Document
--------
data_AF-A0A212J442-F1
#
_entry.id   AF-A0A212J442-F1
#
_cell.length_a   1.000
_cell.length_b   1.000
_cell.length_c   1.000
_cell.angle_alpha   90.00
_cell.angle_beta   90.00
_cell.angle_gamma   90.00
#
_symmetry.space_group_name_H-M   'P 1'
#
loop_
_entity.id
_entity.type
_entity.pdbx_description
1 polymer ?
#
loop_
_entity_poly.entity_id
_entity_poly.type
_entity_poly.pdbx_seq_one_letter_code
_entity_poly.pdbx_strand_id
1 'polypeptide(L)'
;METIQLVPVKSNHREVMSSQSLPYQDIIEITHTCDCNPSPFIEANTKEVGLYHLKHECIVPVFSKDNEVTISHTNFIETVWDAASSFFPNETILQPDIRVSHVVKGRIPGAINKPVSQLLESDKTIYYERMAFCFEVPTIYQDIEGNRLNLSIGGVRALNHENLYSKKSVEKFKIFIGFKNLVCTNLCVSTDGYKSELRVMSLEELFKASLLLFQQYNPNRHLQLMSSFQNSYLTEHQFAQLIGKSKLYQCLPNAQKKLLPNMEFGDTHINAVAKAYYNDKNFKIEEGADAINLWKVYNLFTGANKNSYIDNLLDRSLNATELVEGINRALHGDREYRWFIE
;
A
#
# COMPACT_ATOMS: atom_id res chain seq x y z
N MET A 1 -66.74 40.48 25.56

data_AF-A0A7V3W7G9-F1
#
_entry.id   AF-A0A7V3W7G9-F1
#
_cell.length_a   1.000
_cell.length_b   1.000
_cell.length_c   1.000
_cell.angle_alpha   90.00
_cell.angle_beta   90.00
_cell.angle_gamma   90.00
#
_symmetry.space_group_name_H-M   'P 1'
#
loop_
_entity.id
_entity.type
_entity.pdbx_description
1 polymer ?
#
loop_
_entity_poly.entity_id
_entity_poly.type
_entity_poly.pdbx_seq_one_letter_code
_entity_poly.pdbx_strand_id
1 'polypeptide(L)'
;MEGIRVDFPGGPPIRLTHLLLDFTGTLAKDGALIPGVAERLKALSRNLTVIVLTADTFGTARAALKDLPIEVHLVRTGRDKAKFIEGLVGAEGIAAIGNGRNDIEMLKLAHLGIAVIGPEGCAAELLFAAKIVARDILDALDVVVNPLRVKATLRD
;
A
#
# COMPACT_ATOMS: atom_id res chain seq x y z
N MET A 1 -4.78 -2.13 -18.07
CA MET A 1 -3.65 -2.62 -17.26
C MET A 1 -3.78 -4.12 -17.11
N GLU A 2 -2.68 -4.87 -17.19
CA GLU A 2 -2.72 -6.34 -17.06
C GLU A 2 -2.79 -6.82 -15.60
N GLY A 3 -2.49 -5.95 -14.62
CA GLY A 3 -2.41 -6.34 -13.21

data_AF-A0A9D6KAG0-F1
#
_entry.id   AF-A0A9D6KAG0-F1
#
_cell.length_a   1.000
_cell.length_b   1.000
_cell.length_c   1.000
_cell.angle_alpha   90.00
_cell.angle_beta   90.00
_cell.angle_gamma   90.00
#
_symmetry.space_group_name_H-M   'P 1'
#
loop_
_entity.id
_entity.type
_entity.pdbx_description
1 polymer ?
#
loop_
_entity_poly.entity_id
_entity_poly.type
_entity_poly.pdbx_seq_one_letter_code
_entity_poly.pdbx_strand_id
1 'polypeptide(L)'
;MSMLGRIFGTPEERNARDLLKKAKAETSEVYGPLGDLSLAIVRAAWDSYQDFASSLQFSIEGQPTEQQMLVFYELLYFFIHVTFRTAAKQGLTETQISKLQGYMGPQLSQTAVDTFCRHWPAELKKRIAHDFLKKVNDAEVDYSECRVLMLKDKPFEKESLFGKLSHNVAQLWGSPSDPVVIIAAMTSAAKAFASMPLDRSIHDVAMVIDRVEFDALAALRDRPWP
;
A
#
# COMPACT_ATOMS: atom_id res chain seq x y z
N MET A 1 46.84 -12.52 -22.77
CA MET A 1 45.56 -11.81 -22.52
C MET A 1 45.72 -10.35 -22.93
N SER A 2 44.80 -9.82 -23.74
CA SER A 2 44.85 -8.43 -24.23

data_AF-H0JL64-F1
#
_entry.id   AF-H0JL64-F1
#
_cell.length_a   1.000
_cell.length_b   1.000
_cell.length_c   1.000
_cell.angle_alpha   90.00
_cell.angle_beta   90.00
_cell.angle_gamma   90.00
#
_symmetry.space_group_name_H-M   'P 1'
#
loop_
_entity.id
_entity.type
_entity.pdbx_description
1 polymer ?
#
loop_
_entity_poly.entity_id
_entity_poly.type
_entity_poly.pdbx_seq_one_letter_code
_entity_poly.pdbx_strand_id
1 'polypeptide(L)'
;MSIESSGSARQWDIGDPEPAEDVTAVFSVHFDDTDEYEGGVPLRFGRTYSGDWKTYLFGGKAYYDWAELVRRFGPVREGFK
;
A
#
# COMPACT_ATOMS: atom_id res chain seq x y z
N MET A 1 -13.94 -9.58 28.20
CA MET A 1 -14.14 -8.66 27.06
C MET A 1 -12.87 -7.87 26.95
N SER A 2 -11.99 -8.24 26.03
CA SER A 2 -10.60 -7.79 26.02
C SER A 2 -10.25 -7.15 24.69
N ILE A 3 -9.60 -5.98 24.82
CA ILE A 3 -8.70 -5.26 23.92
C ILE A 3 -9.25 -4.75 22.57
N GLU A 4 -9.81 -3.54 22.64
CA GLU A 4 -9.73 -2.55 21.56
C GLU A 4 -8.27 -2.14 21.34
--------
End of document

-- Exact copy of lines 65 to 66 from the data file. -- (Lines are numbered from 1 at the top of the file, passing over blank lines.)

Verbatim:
N GLU A 2 -2.68 -4.87 -17.19
CA GLU A 2 -2.72 -6.34 -17.06